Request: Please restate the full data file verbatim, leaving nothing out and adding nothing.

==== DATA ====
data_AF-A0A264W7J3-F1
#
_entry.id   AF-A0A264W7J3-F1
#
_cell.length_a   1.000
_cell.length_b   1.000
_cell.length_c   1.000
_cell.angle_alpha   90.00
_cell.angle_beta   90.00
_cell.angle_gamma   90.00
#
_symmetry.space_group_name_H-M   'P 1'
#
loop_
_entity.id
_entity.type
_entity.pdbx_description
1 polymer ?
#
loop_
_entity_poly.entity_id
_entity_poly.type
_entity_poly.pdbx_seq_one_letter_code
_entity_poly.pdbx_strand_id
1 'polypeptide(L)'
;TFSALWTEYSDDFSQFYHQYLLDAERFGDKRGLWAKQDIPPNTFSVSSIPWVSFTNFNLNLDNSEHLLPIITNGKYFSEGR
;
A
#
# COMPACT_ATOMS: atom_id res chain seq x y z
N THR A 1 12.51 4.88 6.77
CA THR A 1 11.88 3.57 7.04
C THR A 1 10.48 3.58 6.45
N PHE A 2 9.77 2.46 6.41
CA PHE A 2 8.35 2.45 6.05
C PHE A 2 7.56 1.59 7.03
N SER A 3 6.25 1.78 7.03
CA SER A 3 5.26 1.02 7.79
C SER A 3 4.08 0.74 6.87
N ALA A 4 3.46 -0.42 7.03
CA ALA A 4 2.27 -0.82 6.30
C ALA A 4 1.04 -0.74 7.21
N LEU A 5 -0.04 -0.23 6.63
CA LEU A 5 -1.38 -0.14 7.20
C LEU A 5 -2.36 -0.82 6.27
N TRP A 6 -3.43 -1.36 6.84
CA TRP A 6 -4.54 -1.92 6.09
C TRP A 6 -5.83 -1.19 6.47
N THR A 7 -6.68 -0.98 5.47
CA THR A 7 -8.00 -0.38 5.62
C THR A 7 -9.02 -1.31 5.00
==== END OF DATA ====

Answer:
data_AF-A0A264W7J3-F1
#
_entry.id   AF-A0A264W7J3-F1
#
_cell.length_a   1.000
_cell.length_b   1.000
_cell.length_c   1.000
_cell.angle_alpha   90.00
_cell.angle_beta   90.00
_cell.angle_gamma   90.00
#
_symmetry.space_group_name_H-M   'P 1'
#
loop_
_entity.id
_entity.type
_entity.pdbx_description
1 polymer ?
#
loop_
_entity_poly.entity_id
_entity_poly.type
_entity_poly.pdbx_seq_one_letter_code
_entity_poly.pdbx_strand_id
1 'polypeptide(L)'
;TFSALWTEYSDDFSQFYHQYLLDAERFGDKRGLWAKQDIPPNTFSVSSIPWVSFTNFNLNLDNSEHLLPIITNGKYFSEGR
;
A
#
# COMPACT_ATOMS: atom_id res chain seq x y z
N THR A 1 12.51 4.88 6.77
CA THR A 1 11.88 3.57 7.04
C THR A 1 10.48 3.58 6.45
N PHE A 2 9.77 2.46 6.41
CA PHE A 2 8.35 2.45 6.05
C PHE A 2 7.56 1.59 7.03
N SER A 3 6.25 1.78 7.03
CA SER A 3 5.26 1.02 7.79
C SER A 3 4.08 0.74 6.87
N ALA A 4 3.46 -0.42 7.03
CA ALA A 4 2.27 -0.82 6.30
C ALA A 4 1.04 -0.74 7.21
N LEU A 5 -0.04 -0.23 6.63
CA LEU A 5 -1.38 -0.14 7.20
C LEU A 5 -2.36 -0.82 6.27
N TRP A 6 -3.43 -1.36 6.84
CA TRP A 6 -4.54 -1.92 6.09
C TRP A 6 -5.83 -1.19 6.47
N THR A 7 -6.68 -0.98 5.47
CA THR A 7 -8.00 -0.38 5.62
C THR A 7 -9.02 -1.31 5.00